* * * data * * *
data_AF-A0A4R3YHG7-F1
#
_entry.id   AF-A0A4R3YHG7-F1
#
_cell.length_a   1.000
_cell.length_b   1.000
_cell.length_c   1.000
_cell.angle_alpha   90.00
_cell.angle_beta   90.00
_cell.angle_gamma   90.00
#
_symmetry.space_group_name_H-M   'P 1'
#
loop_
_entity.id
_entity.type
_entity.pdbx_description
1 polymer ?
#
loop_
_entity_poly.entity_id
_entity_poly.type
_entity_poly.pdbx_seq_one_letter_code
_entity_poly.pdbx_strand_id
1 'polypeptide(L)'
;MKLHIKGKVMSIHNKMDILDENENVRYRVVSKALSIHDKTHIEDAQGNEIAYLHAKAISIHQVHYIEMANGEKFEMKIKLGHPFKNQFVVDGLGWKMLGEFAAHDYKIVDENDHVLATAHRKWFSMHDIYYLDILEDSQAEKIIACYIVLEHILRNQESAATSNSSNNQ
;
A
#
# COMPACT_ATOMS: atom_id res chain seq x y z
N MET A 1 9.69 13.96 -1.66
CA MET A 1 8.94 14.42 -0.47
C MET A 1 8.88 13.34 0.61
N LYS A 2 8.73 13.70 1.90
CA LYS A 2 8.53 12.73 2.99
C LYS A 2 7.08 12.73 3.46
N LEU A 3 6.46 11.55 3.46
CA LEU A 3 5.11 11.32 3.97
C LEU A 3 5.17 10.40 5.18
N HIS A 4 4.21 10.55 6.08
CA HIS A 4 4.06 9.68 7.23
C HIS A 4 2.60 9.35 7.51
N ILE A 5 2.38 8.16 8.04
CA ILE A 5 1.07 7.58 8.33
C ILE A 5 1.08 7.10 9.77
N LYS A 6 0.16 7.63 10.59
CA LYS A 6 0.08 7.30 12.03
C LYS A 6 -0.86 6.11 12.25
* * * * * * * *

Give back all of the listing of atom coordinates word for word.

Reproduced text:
data_AF-A0A4R3YHG7-F1
#
_entry.id   AF-A0A4R3YHG7-F1
#
_cell.length_a   1.000
_cell.length_b   1.000
_cell.length_c   1.000
_cell.angle_alpha   90.00
_cell.angle_beta   90.00
_cell.angle_gamma   90.00
#
_symmetry.space_group_name_H-M   'P 1'
#
loop_
_entity.id
_entity.type
_entity.pdbx_description
1 polymer ?
#
loop_
_entity_poly.entity_id
_entity_poly.type
_entity_poly.pdbx_seq_one_letter_code
_entity_poly.pdbx_strand_id
1 'polypeptide(L)'
;MKLHIKGKVMSIHNKMDILDENENVRYRVVSKALSIHDKTHIEDAQGNEIAYLHAKAISIHQVHYIEMANGEKFEMKIKLGHPFKNQFVVDGLGWKMLGEFAAHDYKIVDENDHVLATAHRKWFSMHDIYYLDILEDSQAEKIIACYIVLEHILRNQESAATSNSSNNQ
;
A
#
# COMPACT_ATOMS: atom_id res chain seq x y z
N MET A 1 9.69 13.96 -1.66
CA MET A 1 8.94 14.42 -0.47
C MET A 1 8.88 13.34 0.61
N LYS A 2 8.73 13.70 1.90
CA LYS A 2 8.53 12.73 2.99
C LYS A 2 7.08 12.73 3.46
N LEU A 3 6.46 11.55 3.46
CA LEU A 3 5.11 11.32 3.97
C LEU A 3 5.17 10.40 5.18
N HIS A 4 4.21 10.55 6.08
CA HIS A 4 4.06 9.68 7.23
C HIS A 4 2.60 9.35 7.51
N ILE A 5 2.38 8.16 8.04
CA ILE A 5 1.07 7.58 8.33
C ILE A 5 1.08 7.10 9.77
N LYS A 6 0.16 7.63 10.59
CA LYS A 6 0.08 7.30 12.03
C LYS A 6 -0.86 6.11 12.25